Step therapy reform has been a hot topic and major focus of the ACR’s advocacy activity in states this legislative session. Washington, Oregon, Wisconsin and Florida are all considering step therapy bills that stand good chance of passing this legislative year. Virginia and Georgia have already passed step therapy laws. When these two new laws take effect, 19 states will have step therapy laws on the books. However, not all step therapy laws are created equally.
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What We Need
Although any progress on step therapy reform is typically better than the status quo, the ad hoc approach some states take creates barriers to additional reforms. Chief among these barriers is the fact that legislators are often reluctant to revisit matters they thought were fully resolved. For this reason, the ACR supports step therapy reform that includes the following:
- Clear step therapy protocol guidelines that allow for overrides when:
- A medication is contraindicated;
- A patient has already failed the medication;
- A patient is stable on their current medication;
- A 24-hour decision window for emergency override requests;
- A 72-hour decision window for non-emergency override requests; and
- A clear and expedient appeals process.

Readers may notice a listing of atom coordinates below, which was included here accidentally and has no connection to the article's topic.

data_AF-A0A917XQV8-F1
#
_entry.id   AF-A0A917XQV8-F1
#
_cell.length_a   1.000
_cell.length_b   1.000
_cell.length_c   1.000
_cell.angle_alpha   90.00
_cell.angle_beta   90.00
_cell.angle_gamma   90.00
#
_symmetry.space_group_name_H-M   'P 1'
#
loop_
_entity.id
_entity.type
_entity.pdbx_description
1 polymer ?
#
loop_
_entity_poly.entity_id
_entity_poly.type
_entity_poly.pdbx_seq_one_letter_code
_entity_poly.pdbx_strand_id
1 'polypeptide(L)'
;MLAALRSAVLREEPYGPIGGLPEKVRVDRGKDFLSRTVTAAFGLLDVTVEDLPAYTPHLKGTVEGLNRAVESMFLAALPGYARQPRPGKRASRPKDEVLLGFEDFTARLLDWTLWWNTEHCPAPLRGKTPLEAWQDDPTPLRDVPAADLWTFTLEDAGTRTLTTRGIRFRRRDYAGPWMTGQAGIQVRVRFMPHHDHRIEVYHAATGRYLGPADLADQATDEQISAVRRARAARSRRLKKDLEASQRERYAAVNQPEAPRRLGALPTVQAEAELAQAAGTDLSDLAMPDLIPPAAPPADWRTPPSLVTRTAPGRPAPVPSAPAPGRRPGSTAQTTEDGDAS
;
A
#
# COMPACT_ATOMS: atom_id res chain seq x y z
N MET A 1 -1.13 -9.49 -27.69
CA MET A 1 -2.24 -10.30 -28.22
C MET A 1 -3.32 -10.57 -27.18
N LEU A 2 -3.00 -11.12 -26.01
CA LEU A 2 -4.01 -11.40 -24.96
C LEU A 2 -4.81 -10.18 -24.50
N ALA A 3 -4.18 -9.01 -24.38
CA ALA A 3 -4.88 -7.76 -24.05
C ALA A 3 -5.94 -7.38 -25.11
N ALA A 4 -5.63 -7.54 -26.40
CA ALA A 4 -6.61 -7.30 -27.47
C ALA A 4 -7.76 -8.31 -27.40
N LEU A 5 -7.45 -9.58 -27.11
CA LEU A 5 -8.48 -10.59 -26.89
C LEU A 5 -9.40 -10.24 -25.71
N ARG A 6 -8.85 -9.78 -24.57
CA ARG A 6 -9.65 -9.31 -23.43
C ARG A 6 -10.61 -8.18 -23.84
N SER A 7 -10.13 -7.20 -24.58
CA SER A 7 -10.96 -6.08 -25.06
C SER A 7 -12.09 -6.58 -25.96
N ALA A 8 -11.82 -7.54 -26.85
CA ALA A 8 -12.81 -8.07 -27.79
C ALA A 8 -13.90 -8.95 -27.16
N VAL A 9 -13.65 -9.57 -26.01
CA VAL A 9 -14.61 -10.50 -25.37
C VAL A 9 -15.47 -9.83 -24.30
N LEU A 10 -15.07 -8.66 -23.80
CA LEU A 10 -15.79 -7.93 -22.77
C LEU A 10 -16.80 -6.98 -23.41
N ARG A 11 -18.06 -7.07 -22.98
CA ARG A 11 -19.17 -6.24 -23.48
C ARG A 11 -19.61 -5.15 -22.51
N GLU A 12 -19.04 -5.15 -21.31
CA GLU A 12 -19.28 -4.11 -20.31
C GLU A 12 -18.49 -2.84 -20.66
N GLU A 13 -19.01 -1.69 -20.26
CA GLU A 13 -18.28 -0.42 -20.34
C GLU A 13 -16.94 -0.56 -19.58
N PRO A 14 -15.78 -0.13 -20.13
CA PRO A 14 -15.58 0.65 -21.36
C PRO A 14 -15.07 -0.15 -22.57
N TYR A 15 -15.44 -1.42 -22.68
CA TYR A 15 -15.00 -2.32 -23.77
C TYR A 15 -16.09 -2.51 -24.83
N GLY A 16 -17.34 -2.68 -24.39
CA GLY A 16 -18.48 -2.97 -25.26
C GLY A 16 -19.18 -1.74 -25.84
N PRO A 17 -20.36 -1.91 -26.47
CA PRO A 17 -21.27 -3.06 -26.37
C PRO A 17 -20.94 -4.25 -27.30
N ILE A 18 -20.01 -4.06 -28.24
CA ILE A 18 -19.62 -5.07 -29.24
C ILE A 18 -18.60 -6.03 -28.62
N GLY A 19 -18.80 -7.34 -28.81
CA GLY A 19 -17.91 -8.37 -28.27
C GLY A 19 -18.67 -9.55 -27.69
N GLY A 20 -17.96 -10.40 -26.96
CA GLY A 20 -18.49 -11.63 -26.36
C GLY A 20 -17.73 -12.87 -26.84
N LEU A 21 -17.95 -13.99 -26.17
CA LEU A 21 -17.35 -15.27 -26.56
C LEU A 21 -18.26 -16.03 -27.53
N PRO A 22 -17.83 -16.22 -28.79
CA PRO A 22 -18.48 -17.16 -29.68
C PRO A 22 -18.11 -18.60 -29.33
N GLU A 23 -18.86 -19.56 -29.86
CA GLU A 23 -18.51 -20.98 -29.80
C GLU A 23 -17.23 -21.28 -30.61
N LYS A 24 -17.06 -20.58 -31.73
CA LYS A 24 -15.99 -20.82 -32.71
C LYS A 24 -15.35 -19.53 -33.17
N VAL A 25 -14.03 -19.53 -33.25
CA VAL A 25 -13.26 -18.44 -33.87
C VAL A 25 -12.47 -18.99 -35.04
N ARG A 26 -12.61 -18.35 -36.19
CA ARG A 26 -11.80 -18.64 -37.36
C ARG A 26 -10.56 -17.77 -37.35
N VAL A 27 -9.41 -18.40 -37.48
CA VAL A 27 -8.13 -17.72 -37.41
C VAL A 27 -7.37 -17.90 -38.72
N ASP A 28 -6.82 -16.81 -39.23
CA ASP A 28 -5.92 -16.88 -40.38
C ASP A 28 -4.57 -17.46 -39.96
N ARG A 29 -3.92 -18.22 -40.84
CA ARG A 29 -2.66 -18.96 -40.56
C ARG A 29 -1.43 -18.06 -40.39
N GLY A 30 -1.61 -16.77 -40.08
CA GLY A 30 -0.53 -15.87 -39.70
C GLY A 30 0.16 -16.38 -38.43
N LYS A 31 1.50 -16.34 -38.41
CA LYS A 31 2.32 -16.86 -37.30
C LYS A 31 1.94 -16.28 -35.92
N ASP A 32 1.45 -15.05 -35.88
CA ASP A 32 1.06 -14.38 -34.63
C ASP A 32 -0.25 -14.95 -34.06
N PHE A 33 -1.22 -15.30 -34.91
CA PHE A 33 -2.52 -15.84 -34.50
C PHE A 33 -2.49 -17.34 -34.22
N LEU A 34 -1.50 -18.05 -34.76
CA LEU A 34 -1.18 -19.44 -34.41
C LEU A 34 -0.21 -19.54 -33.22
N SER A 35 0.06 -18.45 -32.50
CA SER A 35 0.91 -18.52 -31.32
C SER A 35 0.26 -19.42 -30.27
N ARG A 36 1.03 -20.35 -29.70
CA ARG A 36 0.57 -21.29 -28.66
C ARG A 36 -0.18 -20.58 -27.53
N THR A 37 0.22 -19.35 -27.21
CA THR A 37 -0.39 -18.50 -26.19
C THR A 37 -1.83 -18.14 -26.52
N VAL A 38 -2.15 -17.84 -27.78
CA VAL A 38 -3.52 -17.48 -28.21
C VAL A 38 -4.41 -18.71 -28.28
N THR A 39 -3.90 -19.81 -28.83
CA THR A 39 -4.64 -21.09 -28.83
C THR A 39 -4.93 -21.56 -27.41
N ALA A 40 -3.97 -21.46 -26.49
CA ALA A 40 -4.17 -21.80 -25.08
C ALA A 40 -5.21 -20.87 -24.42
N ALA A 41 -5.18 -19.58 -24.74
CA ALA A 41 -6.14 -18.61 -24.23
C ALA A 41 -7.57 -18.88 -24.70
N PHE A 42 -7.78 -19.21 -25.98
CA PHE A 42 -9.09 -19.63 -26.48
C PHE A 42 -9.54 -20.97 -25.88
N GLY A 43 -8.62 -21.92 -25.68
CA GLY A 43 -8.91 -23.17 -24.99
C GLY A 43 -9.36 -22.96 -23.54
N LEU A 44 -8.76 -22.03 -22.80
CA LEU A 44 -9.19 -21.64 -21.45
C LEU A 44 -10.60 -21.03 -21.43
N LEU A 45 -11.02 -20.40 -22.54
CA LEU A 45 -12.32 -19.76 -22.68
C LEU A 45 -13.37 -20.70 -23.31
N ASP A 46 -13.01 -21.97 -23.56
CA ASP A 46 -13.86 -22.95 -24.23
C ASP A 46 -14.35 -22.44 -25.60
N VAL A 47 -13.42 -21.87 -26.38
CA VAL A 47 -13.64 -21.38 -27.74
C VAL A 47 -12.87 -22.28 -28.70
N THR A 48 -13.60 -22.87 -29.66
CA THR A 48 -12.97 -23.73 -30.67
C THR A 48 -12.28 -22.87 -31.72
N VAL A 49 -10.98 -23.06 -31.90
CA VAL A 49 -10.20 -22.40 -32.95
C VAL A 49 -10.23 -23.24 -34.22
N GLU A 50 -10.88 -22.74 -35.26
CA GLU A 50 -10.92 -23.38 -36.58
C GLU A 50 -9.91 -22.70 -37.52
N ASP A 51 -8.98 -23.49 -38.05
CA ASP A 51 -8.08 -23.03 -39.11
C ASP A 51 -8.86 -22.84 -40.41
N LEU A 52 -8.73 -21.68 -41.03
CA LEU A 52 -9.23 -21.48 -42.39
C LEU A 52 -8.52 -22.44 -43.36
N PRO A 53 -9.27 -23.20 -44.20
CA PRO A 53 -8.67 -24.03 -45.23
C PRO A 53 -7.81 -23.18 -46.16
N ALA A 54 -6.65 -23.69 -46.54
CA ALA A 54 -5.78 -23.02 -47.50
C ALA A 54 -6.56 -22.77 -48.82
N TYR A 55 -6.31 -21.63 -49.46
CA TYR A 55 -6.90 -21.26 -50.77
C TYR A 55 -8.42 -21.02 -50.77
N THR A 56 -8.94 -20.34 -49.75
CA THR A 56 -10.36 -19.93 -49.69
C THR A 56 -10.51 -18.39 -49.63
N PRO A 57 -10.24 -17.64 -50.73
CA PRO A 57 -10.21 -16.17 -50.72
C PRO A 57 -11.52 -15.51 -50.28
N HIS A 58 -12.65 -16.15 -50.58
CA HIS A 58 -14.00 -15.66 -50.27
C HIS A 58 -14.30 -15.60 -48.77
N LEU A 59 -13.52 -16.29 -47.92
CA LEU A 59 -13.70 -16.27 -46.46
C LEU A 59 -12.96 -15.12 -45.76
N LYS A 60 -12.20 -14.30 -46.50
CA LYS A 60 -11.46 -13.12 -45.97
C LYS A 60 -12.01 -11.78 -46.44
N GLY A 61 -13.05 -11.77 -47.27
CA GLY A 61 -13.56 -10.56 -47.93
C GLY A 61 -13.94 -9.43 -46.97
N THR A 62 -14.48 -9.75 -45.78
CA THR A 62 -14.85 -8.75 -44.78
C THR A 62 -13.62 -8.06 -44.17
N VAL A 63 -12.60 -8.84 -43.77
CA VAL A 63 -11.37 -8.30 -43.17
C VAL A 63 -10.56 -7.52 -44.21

What We Have
Many states enact laws that include only some of these provisions. Practitioners in states that do not have a comprehensive step therapy law often report that there has been no improvement in step therapy override processes or the paperwork associated with getting an override approved. California is perhaps the best example of this phenomenon.
The ACR has had substantial feedback from California physicians indicating the paperwork required for step therapy override requests has not been reduced. The enforcement mechanism to punish violators of the statute is also inadequate. California is not alone in problematic approaches to step therapy.
Ohio passed step therapy reform late last year. This bill was widely championed as a substantial late session win. Although the bill contains much to praise, one section of problematic language in the step therapy override exceptions has started to show up in step therapy bills in other states: Patients who are stable on their current medications can remain on them, but this exception allows insurers to require patients try a pharmaceutical alternative from the FDA’s orange or purple book before the insurer is required to cover the patient’s medication. This bill will not go into effect until January 2020, so the jury is still out on how this loophole will affect patients, but the impacts could be significant and disruptive.